This morning, a number of Democratic candidates for statewide and federal office woke up to the reality that they are not running close enough behind the top two-vote getters in their respective races to hold out hope of being able to go on to the November general election (which is in actuality just a runoff, since we don’t have a real primary in Washington).
Among those candidates are Greg Nickels and Craig Pridemore, who filed to run for the offices of secretary of state and auditor, respectively. Each man has bowed out of his race in a classy, graceful fashion… by congratulating the winners and thanking supporters via Facebook, while saying nothing negative about anybody.
Nickels is the former mayor of Seattle; Pridemore is the incumbent state senator from the 49th LD (Vancouver and urban Clark County).
Here’s what Nickels had to say about his third-place finish earlier today:
They say if you are thrown from a horse you should get back on. In a sense that is what I was doing in my run for Washington Secretary of State and, while the results were not what I had hoped, I am very glad I did! It was a great experience and I am grateful for the opportunity and for the wonderful support so many of you gave me.
I congratulate the two candidates who are advancing, Kim Wyman (R) and Kathleen Drew (D), both ran positive and effective campaigns.
Pridemore, meanwhile, posted the following statement late last night, after the early returns were all in (which showed him in third place):
Thanks to everyone for fourteen amazing years. Few people get the chance to experience what I’ve had the chance to experience. You all mean more to me than I’ll ever be able to express.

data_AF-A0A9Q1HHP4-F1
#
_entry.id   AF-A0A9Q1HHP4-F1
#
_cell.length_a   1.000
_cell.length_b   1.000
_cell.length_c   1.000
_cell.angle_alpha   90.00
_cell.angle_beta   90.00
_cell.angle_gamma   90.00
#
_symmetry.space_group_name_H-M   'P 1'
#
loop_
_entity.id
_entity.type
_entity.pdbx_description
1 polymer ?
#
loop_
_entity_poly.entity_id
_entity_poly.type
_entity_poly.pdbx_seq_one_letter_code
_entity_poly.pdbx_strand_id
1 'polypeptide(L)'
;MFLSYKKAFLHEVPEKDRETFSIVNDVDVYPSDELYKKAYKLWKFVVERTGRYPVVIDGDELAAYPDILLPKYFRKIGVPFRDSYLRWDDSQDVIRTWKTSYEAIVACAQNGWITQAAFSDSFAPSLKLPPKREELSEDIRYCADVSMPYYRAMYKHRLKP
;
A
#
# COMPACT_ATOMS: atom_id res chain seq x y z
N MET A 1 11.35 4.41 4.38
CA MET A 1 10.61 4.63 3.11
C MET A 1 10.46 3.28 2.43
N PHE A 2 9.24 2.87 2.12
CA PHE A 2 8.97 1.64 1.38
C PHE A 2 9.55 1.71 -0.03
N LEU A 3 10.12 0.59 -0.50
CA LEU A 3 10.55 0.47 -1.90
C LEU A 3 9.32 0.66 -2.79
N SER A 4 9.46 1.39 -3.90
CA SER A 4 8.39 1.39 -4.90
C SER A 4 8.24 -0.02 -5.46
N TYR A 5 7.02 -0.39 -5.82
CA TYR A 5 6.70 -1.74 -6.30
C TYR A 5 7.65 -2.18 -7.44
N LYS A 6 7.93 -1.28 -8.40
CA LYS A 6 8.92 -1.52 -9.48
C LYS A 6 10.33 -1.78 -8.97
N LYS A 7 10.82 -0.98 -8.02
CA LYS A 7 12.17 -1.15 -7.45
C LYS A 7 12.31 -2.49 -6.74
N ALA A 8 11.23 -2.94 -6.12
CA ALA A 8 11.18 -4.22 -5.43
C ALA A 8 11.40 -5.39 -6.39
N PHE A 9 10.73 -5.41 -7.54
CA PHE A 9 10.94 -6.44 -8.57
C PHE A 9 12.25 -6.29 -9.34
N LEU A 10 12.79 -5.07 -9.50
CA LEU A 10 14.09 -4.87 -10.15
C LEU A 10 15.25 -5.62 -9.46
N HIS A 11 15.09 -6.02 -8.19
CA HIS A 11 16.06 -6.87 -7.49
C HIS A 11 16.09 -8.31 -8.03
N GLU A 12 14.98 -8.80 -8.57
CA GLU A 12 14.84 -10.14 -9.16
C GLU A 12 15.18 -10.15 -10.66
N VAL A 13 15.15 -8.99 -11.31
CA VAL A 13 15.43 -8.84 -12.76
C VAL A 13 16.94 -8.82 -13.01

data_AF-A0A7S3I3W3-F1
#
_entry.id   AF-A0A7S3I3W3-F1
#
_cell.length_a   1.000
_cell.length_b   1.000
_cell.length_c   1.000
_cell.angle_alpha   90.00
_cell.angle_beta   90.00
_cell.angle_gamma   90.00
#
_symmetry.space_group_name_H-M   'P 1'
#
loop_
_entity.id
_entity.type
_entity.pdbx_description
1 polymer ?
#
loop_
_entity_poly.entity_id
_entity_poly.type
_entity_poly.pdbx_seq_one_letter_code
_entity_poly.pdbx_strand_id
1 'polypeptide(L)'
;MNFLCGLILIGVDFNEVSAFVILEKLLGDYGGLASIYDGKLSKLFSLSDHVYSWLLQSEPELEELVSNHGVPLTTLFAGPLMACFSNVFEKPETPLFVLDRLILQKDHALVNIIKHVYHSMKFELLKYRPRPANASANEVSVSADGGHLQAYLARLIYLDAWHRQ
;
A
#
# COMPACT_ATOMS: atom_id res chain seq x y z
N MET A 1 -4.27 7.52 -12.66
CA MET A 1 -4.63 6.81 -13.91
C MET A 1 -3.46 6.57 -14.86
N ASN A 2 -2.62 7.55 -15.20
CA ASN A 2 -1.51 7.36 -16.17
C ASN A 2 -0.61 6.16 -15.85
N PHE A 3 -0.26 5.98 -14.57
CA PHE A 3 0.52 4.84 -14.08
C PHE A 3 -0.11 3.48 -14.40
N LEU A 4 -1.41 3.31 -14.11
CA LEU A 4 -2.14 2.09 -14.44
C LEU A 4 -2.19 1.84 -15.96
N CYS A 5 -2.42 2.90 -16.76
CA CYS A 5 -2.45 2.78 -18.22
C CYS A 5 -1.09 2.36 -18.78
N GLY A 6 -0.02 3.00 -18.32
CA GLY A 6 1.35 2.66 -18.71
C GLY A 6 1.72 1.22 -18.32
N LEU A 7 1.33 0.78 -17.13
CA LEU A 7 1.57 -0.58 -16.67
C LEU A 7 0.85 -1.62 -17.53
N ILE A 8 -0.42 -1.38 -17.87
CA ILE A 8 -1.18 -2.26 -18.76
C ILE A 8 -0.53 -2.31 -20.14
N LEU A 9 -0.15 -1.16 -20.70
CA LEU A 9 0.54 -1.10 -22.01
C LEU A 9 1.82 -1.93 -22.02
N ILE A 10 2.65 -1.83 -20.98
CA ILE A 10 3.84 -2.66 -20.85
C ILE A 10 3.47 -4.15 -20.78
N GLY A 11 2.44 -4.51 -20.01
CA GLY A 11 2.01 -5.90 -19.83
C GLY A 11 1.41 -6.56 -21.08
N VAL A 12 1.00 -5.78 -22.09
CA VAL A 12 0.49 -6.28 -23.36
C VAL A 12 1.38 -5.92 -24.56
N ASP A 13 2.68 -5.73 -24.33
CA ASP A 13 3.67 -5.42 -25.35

This evening, he added:
I do formally concede the State Auditor’s primary to James Watkins and Troy Kelley. They have my sincere best wishes in all their endeavors in the months and years ahead.
Pridemore’s loss to Kelley and Watkins gives him the unfortunate distinction of being the only candidate the Washington State Democratic Party nominated for statewide or federal office in 2012 who did not survive the winnowing election. Washington does not currently have a real primary, so voters don’t get to pick the parties’ nominees as they do in nearly every other state.
Instead of a real primary, Washington has a goofy, poorly conceived “Top Two“system, where the top two vote getters (as the name suggests) advance to a runoff regardless of party. Consequently, the Democratic Party selected its 2012 nominees by convention instead of through a primary.
We at NPI believe the “Top Two” system is unconstitutional, and the Democratic Party does so as well. The party is asking the U.S. Supreme Court to declare the “Top Two” system unconstitutional, so Washington can readopt a real primary system that protects voter choice in the general election and respects everyone’s First Amendment right to free assembly.